For Fiction Friday this year, I’d like to play around with a new setting or character every month. Chances are this will settle in to a rotating band of settings that I’ll return to again and again, just to play around with various aspects of writing. One of the things that have been setting me back is a reluctance to just play around, to write for the sheer joy of it. So that’s what I’ll be doing here.
This month I’m going to dig into Veniamin Kovalenko, a character I played in my husband’s Dresden Files game. Veniamin is a Californian of Russian descent (obviously), but with deep ties to the Golden State as well as Alaska. His family’s birthright is the ability to change into a bear pretty much at will, something that serves most of them pretty well. His mother and father own a little hotel in the forests just a little way south of Silicon Valley; other family have installed themselves as park rangers and workers in various state parks.
Veniamin, however, has chosen the path of the private detective to the supernatural creatures in and around the San Francisco Bay. He’s seen too many good monsters do stupid things and meet their end because of it; he wants to protect folks with too much power and too little sense from making bad choices, and make sure ‘regular folks’ aren’t victimized by those they have no defense against if he can help it.
I rarely write in first person because I’m just not good at plugging in to a drastically different voice from my own, so that’s my challenge this month: try on a writing style that’s distinctive and alien.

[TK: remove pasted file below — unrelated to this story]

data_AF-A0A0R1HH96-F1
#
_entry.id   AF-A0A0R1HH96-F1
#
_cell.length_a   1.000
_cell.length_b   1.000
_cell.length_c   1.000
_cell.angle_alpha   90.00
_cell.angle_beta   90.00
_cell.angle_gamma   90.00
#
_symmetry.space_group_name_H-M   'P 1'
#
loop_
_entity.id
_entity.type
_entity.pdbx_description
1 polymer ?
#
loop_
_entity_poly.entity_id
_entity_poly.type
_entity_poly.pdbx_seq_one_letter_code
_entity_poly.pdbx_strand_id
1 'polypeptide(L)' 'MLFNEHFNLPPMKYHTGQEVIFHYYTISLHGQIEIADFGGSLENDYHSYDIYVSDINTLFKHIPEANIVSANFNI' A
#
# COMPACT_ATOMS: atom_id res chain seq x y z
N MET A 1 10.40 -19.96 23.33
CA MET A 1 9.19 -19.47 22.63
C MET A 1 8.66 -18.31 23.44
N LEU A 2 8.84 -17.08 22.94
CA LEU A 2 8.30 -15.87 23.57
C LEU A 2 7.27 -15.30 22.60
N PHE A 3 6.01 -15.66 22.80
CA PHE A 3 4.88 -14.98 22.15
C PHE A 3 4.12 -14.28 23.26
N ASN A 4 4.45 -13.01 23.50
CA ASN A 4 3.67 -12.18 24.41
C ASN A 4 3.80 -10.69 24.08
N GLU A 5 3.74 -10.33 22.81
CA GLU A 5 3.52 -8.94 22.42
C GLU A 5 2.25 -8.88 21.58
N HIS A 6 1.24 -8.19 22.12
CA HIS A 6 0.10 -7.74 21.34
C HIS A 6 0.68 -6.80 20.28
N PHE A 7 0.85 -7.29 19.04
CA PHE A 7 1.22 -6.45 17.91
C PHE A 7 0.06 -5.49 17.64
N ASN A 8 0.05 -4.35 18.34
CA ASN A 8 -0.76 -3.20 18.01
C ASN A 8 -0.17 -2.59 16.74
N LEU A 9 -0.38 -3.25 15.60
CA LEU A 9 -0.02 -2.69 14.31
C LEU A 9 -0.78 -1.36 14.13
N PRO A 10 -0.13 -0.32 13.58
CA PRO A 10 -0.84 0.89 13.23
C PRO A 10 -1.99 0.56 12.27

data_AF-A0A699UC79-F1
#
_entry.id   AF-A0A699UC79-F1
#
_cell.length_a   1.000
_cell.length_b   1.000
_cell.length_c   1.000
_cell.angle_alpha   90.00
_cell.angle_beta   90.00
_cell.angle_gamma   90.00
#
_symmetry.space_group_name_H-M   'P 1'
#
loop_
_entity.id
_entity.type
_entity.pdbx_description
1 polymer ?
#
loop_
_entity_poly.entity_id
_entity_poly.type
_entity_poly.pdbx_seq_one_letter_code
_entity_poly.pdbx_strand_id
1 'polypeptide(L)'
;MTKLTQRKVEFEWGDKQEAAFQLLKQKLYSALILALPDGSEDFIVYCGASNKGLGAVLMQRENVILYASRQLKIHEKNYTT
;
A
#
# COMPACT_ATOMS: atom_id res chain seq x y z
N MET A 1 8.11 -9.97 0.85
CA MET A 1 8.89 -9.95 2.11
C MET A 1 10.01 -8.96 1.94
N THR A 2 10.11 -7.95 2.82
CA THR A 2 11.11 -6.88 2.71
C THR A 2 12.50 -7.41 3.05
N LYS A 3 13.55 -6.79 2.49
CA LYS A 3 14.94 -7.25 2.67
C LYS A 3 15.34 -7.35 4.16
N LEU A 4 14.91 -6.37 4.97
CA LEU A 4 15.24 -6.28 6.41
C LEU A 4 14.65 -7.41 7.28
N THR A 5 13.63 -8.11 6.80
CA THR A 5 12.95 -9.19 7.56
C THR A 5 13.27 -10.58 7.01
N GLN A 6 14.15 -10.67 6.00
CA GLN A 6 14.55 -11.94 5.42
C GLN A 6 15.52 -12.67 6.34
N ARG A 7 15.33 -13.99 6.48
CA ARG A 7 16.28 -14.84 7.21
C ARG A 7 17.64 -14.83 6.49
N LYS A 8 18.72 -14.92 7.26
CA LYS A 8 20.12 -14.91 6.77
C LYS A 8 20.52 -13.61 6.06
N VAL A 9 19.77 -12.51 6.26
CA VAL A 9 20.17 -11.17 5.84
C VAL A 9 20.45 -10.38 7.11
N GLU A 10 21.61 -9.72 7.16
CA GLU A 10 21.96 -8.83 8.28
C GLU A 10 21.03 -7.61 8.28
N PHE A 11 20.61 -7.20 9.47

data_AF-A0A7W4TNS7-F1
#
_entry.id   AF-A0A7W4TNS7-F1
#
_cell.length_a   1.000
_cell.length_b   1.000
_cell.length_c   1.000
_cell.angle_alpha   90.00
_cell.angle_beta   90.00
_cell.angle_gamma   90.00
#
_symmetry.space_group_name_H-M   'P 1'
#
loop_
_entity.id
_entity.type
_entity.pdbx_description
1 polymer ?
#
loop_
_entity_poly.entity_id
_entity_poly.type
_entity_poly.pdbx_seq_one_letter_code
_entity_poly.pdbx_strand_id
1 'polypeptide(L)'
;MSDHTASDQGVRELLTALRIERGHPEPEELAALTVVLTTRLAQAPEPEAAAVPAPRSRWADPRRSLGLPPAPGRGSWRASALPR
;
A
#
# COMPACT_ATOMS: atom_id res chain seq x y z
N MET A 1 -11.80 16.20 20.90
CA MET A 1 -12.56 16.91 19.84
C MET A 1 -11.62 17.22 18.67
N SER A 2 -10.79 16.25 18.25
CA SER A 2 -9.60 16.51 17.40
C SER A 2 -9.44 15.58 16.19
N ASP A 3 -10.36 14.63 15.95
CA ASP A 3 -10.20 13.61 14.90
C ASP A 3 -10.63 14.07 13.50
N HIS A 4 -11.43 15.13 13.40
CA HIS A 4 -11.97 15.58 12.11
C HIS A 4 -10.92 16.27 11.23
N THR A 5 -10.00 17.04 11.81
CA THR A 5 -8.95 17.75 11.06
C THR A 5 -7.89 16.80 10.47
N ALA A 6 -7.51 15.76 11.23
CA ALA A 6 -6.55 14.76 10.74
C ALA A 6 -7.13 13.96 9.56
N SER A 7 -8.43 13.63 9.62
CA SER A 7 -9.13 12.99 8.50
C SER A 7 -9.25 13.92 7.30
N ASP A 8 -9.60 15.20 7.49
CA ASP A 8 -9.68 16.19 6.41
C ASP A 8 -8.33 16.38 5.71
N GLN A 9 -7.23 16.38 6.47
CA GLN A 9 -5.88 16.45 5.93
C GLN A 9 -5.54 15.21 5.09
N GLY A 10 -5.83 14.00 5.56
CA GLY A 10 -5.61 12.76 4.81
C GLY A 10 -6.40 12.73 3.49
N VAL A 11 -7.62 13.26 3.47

San Francisco didn’t even have the decency to be sweltering when that demon from Hell walked through my door. If this were Sacramento, he would have slipped in all covered with flop sweat, dark stains on his shirt where perspiration soaked through, panting and stinking of whatever garbage he could afford from the vending machine on his salary. But the City By The Bay barely cracked 80 in a heat wave, so all I had to announce his presence was the faint whiff of sulphur and subway piss.
He wasn’t an actual demon, but he might as well have been — maybe something worse, like one of those parasites that feasts on souls or a Kardashian. He stood in front of my desk with his hands clutching his hat, his shabby uniform neatly pressed and creased. The six-pointed star caught the little bit of morning light that made it into the room and glinted right into my eye, making me squint. Almost like he was mocking me, he squinted too — at the tumbler of whiskey I had in my hand.
“Isn’t it a little early for that?” He said, frowning at the smell.
“Ain’t it none of your business?” I splashed back the three fingers in the glass, slammed it down, swiped the bottle and refilled it so I could take another sip. “I don’t go to your box outside of Hayward Station and judge you for your life choices.”
The man sighed and looked around the room. I couldn’t lie, my office had seen better days — the couch on one side of the room had been mangled a few nights ago after a particularly epic bender when I blacked out and shifted, and there were claw marks all over the wall and floor there. The trash bins were full of empty alcohol bottles, my desk was buried under empty pizza boxes, and the air was full of stale food, drink, and bear. It hadn’t been a good time these past few weeks, but that was just part of the deal in my line of work. If this prim little asshole had been through what I had, he’d drown his sorrows in extra cheese and Johnnie Walker too.